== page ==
Tag Archive: Alechemy


Brewdog Alechemy Smoked In History

Brewdog: Alechemy : Smoked In History (Scotland: Smoked Porter: 5.2% ABV)

Visual: Black. Inch of tight bubbled froth as a browned head.

Nose: Sour dough. Cigarette ash. Shortbread. Light salt.

Body: Sour dough. Smoke. Dried meat. Maybe dried beef and ham. Chalk. Roasted character. Slight salt. Some bitter coffee.

Finish: Dried ham. Charring. Slight salt and roasted character. Ash.

Conclusion: Drinking a bit of history. So, the question is, do I like history? That seems like quite a big question to contemplate over just a third of beer. So let’s go with something simpler and just see if I like the beer.

Well, while it is not a particularly heavy beer, it is very smoke dominated, or to be more accurate almost ash dominated. There isn’t a huge weight to it, but it isn’t lacking in an item to draw your interest.

It is also slightly soured, in a sour dough kind of fashion (which seems to be a common note in collabfest this year), so it has callings to the more grounded dark beers, as well as the ash. There is some coffee in the background, not as heavily as you would expect in a porter, and as mentioned that sour dough, but really, the smoke is the thing.

It isn’t to an insane level, never, say, Rauchbier style, and for all its smoke it is surprisingly drinkable. It is also, unfortunately, not exactly complex. You are getting a bit of a one trick pony. Still, that is better than not having a pony.

Ponies are their own reward.

Next up on lines I never thought I would write in a tasting note.

So, yes, it has a pony. Metaphorically speaking. It has a good quality and it uses it well. There is kind of other elements, a bit of dried meat – smoked of course – hardly a huge deviation from the other elements, so all part of the same…pony… meat.. thing….I should work on a new metaphor. Still, satisfactory overall.

I am starting to think my reviews get odd if I do too many in one weekend.

A decent brew that works its one trick well.

Background: Well, this has to come under oddest special ingredient of all time. This has been smoked with timber from The Discovery. Well, holy shit, that is quite epic. So, anyway, yeah, wow, that aside, this is the thirteenth beer on day two of the collabfest 2014! Thankfully I am not superstitious. As always I am not an unbiased actor on Brewdog beer.

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Alchemist Melgian Tripel

Alechemy: Melgian Tripel (Scotland: Abbey Trippel: 9.5% ABV)

Visual: Mahogany touched gold. Thin dash of off white islands for a head. Still and clear of main body.

Nose: Hard boiled sweets and candyfloss. Strawberry sweets and soft banana sweets. Brown sugar.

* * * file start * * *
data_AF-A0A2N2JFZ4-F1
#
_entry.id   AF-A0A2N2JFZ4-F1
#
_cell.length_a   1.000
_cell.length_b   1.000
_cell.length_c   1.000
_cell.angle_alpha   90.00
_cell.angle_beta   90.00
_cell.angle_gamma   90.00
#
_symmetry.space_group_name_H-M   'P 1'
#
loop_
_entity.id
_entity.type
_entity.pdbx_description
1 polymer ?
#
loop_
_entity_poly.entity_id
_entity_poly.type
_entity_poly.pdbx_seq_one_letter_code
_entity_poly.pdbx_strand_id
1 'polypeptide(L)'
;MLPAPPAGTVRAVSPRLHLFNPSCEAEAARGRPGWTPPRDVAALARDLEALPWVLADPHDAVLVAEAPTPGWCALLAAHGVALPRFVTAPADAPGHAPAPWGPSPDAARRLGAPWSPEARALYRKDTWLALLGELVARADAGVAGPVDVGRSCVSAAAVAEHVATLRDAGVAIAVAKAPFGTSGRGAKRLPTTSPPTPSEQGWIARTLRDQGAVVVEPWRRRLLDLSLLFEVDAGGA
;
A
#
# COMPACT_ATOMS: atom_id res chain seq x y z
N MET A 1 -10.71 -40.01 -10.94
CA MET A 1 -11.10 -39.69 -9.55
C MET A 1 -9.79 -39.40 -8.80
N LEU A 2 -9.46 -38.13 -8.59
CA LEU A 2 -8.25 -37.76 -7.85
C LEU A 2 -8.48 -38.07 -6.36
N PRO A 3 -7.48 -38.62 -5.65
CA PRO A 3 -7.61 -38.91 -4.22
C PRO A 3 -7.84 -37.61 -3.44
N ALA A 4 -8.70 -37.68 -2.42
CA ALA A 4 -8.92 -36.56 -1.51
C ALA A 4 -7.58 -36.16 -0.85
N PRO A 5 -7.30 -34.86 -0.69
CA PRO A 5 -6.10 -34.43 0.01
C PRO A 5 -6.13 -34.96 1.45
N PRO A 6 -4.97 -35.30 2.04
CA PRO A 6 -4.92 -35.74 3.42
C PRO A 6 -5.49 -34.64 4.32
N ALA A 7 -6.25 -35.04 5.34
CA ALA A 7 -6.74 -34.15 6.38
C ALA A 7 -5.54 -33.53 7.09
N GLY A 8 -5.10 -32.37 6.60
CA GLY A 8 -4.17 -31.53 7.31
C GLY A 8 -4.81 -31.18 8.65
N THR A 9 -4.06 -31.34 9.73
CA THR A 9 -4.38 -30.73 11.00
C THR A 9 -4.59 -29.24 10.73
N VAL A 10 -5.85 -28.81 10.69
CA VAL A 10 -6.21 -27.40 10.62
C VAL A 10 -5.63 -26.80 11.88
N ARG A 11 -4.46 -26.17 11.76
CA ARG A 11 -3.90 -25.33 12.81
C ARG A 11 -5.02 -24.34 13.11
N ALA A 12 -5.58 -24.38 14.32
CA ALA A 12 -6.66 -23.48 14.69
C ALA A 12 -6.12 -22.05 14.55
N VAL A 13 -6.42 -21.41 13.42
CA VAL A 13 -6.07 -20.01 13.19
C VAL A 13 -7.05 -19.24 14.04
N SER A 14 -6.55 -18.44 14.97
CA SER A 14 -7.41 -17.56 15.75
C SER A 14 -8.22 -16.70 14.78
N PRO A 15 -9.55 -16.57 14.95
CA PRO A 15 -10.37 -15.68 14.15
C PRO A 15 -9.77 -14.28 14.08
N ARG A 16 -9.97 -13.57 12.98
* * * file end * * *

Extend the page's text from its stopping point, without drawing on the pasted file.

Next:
Body: Caramelised sugar. Crème brulee. Pear drops. Fruity esters. Brown bread. Vanilla slice. Treacle.

Finish: Crème brulee. Candyfloss. Brown sugar. Hard boiled sweets. Bready. Banana chews.

Conclusion: OK, i will put my hands up and confess that for the dubbel and tripel styles I am massively biased towards the common rough edged diamond Belgian take on the style as opposed to the smoother craft wave interpretation. This, therefore, grabs my affections early on by its very evident rough edged sweet flavours. The texture is smooth, but the flavour isn’t afraid to leave a few unpolished edges.

It is very sweet, more so than the Belgian takes, and while it does have the same nice funky yeast and esters, it doesn’t use them as heavily so doesn’t have as much contrast to give it the counter balance it needs.

Still, saying that, I am slowly getting more pear drops now. Admittedly pear drops, dropped in treacle and coated in banana chews, but it is that kind of flavour mash up that I love from the style. The big sweetness you get from the brown sugar and crème brulee make for a backbone which it uses as a base for exploding into more subtle elements.

Over time that pear drop style gets bigger and bigger until it finally becomes the proper contrast the beer needs, and it is in the final third of the beer that is where it finally shines. It manages to both show respect to the style and bring its own quirks.

So, it has flaws, it is a bit too sweet, but it does give you a rough edged ride with green fruit against dessert and hard sweets in exchange. Which is awesome.

I am wondering how it will age now. Probably well, though I fear it would smooth the rough edges too much and lose some charm. You can’t tell until you try. As is, it ain’t perfect, but it is a joyous wee burst of a tripel.

Background: This was brewed with Melissa Cole, I thought I had encountered the name, so I did a search and she made the Thai Bo with Otley a few years back. She also does a very good beer blog, which you should check out. This was drunk while listening to a mix of some Heavens to Betsy and Grimes. I had just rewatched Peter Capaldi’s first Doctor Who episode on iplayer, so was in a right chuffed mood.

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